Here is a term paper on ‘Hematopoiesis’. Find paragraphs, long and short term papers on ‘Hematopoiesis’ especially written for college and paramedical students.
Term Paper on Hematopoiesis
Term Paper Contents:
- Term Paper on the Meaning and Sites of Hematopoiesis
- Term Paper on the Structure and Function of Bone Marrow
- Term Paper on the Process of Hematopoiesis
- Term Paper on Erythropoiesis
- Term Paper on Leucopoiesis
- Term Paper on Lymphocytic and Mobocytic Series
- Term Paper on Thrombopoiesis
Term Paper # 1. Meaning and Sites of Hematopoiesis:
Hematopoiesis is the process by which immature precursor cells develop into mature blood cells. The currently accepted theory on how this process works is called the monophyletic theory which simply means that a single type of stem cell gives rise to all the mature blood cells in the body. This stem cell is called the pluripotential (pluripotent) stem cell.
Term Paper # 2. Structure and Function of Bone Marrow:
Bone marrow has a vascular compartment and an extra vascular compartment. The vascular compartment is supplied by a nutrient artery which branches into central longitudinal arteries which send out radial branches that eventually open into sinuses.
These sinuses converge into a central vein that carries the blood out of the bone marrow into the general circulation. Hematopoiesis takes place in the extravascular compartment. The extravascular compartment consists of a stroma of reticular connective tissue and a parenchyma of developing blood cells, plasma cell, macrophages and fat cells.
The high activity of the bone marrow is demonstrated by its daily output of mature blood cells: 2.5 billion erythrocytes, 2.5 billion platelets, 50-100 billion granulocytes. The numbers of lymphocytes and monocytes is also very high.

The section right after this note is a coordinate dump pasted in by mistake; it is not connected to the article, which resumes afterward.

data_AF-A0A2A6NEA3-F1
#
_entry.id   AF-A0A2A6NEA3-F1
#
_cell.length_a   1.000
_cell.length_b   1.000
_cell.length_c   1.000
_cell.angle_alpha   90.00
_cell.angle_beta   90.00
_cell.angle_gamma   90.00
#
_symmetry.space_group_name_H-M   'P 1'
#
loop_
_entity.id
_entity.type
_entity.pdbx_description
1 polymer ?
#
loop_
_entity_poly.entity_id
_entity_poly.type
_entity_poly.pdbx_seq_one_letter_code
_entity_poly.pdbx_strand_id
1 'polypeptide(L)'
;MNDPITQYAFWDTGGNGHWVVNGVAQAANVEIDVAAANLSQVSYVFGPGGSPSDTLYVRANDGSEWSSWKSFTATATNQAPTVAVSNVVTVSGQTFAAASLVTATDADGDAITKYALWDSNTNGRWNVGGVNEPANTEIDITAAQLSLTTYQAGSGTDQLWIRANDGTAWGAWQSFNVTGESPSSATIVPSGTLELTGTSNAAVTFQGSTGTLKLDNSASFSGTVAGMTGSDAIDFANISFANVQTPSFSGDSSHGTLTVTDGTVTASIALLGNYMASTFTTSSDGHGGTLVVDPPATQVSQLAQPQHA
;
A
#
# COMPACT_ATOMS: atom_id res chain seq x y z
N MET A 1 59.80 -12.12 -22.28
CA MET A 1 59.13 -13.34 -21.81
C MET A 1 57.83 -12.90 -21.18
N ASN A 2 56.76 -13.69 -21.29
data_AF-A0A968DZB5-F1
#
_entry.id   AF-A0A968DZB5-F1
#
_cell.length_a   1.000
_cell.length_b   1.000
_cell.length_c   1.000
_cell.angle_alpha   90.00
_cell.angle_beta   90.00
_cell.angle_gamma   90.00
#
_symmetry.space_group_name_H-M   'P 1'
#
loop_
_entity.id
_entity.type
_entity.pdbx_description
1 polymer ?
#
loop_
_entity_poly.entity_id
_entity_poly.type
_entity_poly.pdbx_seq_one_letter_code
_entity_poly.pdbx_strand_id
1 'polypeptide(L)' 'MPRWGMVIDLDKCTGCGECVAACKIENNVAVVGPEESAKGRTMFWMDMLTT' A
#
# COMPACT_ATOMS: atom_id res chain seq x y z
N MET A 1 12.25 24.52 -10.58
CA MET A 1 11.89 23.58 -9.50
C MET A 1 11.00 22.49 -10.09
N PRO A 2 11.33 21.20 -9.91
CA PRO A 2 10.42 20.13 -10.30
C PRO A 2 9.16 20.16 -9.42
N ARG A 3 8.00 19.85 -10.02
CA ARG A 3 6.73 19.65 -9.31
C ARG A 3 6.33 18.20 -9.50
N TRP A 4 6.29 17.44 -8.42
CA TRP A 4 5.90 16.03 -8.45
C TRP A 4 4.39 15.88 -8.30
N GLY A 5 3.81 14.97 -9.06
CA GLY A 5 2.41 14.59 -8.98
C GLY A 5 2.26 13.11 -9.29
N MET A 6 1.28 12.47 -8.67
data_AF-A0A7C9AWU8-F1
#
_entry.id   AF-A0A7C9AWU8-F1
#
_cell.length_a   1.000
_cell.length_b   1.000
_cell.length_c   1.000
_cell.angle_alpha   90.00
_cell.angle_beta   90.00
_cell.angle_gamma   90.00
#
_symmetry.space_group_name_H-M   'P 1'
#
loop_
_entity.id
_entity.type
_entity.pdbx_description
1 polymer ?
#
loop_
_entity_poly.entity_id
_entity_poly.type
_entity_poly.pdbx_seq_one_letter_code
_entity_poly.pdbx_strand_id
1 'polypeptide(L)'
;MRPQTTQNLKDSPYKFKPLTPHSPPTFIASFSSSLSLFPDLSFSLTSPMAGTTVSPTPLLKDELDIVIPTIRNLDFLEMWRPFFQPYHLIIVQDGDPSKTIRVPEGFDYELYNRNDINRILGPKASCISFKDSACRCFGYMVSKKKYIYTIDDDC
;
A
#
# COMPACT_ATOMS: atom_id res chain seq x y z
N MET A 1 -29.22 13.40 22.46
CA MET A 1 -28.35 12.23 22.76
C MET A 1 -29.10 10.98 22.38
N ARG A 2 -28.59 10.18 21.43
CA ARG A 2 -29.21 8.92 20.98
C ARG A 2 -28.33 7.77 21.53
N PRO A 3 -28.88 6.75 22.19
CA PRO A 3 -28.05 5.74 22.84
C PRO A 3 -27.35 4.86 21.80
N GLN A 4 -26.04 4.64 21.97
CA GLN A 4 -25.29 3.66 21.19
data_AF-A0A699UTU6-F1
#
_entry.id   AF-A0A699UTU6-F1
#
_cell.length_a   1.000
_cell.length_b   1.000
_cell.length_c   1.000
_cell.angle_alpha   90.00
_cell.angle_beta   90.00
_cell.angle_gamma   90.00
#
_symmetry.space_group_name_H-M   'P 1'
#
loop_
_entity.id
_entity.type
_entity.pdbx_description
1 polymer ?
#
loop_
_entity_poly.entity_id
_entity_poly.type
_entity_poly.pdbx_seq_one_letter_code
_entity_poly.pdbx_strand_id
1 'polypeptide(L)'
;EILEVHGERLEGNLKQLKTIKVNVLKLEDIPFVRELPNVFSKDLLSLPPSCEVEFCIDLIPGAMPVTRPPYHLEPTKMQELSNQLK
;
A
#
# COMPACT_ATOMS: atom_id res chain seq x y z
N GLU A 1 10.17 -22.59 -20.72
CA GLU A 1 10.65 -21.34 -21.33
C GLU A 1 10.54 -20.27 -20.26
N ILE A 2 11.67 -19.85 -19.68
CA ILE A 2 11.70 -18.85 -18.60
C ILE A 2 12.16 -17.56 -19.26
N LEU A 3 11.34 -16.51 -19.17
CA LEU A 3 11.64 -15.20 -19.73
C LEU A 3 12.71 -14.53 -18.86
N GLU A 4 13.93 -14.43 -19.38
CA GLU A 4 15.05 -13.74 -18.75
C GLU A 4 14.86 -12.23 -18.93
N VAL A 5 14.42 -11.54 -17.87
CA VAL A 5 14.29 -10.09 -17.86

Bone marrow is the site for other important activities in addition to hematopoiesis. These include the removal of aged and defective erythrocytes and the differentiation of B lymphocytes. It is also the site of numerous plasma cells.
Term Paper # 3. Process of Hematopoiesis:
The monophyletic theory of hematopoiesis states that pluripotent stem cells multiply to produce more pluripotent stem cells, thus ensuring the steady and lasting supply of stem cells. Some of the pluripotent stem cells differentiate into precursor cells that are at least partially committed to become one type of mature blood cell.
Pluripotent stem cells multiply slowly into one of five possible uni-potential stem cells which then multiply rapidly into the precursor of the specific mature blood cell for which they are destined.
Term Paper # 4. Erythropoiesis:
The term erythropoiesis (erythro = RBC) and poiesis = to make) is used to describe the process of RBC formation or production. In humans, erythropoiesis occurs almost exclusively in the red bone marrow. (The yellow bone marrow is primarily composed of fat, but, in response to a greater need for RBC production, the yellow bone marrow can turn to red marrow.)
The red bone marrow of essentially all bones produces RBCs frc3m birth to about five years of age. Between the ages of 5 to 20, the long bones slowly lose their ability to produce RBCs. Above age 20, most RBCs are produced primarily in the marrow of the vertebrae, the sternum, the ribs, and the pelvis
RBC Production Process:
a. Kidneys respond to a lower than normal oxygen concentration in the blood by releasing the hormone erythropoietin.
b. Erythropoietin travels to the red bone marrow and stimulates an increase in the production of red blood cells (RBCs).
c. The red bone marrow manufactures RBCs from stem cells that live inside the marrow.
d. RBCs squeeze through blood vessel membranes to enter the circulation.
e. The heart and lungs work to supply continuous movement and oxygenation of RBCs.
f. Damaged or old RBCs are destroyed primarily by the spleen.
Erythroblast is a nucleated red cell. Normoblast implies normal (reaction) erythropoiesis.
Normoblastic maturation involves:
i. Reduction in cell size.
ii. Ripening of cytoplasm, i.e. hemoglobinisation.
Maturation time from pronormoblast to RBC is 7 days. Mitotic division occurs till the intermediate normoblast stage.
12-20 µm, large nucleus surrounded by a rim of deep basophilic cytoplasm and has a perinuclear halo. Nucleus is round and has several nucleoli.
10-16 µm nucleus still large chromatin coarser and deeply staining nucleoli disappear.